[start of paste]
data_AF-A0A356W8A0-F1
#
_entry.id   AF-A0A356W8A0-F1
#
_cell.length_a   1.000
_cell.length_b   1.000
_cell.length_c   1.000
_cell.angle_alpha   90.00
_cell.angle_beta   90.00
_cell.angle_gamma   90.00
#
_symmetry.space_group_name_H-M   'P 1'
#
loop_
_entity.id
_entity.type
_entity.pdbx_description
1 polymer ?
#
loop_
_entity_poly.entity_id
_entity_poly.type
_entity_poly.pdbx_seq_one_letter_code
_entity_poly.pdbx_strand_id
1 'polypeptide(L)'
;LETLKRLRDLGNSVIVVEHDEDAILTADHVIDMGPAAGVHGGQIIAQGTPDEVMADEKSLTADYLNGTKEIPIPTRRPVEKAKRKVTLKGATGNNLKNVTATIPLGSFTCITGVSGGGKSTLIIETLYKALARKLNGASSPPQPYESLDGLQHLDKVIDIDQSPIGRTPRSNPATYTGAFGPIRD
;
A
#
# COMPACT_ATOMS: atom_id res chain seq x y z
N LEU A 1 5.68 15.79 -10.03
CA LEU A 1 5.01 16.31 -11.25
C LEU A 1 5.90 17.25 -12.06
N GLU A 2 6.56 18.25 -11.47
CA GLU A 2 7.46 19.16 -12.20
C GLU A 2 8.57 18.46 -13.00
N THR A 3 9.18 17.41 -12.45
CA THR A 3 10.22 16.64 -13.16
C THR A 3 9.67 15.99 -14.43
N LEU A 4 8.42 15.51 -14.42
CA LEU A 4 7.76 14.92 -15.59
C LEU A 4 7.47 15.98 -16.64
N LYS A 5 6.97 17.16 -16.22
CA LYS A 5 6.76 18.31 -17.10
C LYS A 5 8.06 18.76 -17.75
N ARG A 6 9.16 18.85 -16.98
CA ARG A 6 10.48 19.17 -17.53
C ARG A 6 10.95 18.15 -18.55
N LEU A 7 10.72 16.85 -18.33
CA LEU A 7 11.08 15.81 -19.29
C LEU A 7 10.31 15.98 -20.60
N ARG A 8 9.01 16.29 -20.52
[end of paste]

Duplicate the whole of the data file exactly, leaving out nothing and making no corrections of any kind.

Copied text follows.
data_AF-A0A356W8A0-F1
#
_entry.id   AF-A0A356W8A0-F1
#
_cell.length_a   1.000
_cell.length_b   1.000
_cell.length_c   1.000
_cell.angle_alpha   90.00
_cell.angle_beta   90.00
_cell.angle_gamma   90.00
#
_symmetry.space_group_name_H-M   'P 1'
#
loop_
_entity.id
_entity.type
_entity.pdbx_description
1 polymer ?
#
loop_
_entity_poly.entity_id
_entity_poly.type
_entity_poly.pdbx_seq_one_letter_code
_entity_poly.pdbx_strand_id
1 'polypeptide(L)'
;LETLKRLRDLGNSVIVVEHDEDAILTADHVIDMGPAAGVHGGQIIAQGTPDEVMADEKSLTADYLNGTKEIPIPTRRPVEKAKRKVTLKGATGNNLKNVTATIPLGSFTCITGVSGGGKSTLIIETLYKALARKLNGASSPPQPYESLDGLQHLDKVIDIDQSPIGRTPRSNPATYTGAFGPIRD
;
A
#
# COMPACT_ATOMS: atom_id res chain seq x y z
N LEU A 1 5.68 15.79 -10.03
CA LEU A 1 5.01 16.31 -11.25
C LEU A 1 5.90 17.25 -12.06
N GLU A 2 6.56 18.25 -11.47
CA GLU A 2 7.46 19.16 -12.20
C GLU A 2 8.57 18.46 -13.00
N THR A 3 9.18 17.41 -12.45
CA THR A 3 10.22 16.64 -13.16
C THR A 3 9.67 15.99 -14.43
N LEU A 4 8.42 15.51 -14.42
CA LEU A 4 7.76 14.92 -15.59
C LEU A 4 7.47 15.98 -16.64
N LYS A 5 6.97 17.16 -16.22
CA LYS A 5 6.76 18.31 -17.10
C LYS A 5 8.06 18.76 -17.75
N ARG A 6 9.16 18.85 -16.98
CA ARG A 6 10.48 19.17 -17.53
C ARG A 6 10.95 18.15 -18.55
N LEU A 7 10.72 16.85 -18.33
CA LEU A 7 11.08 15.81 -19.29
C LEU A 7 10.31 15.98 -20.60
N ARG A 8 9.01 16.29 -20.52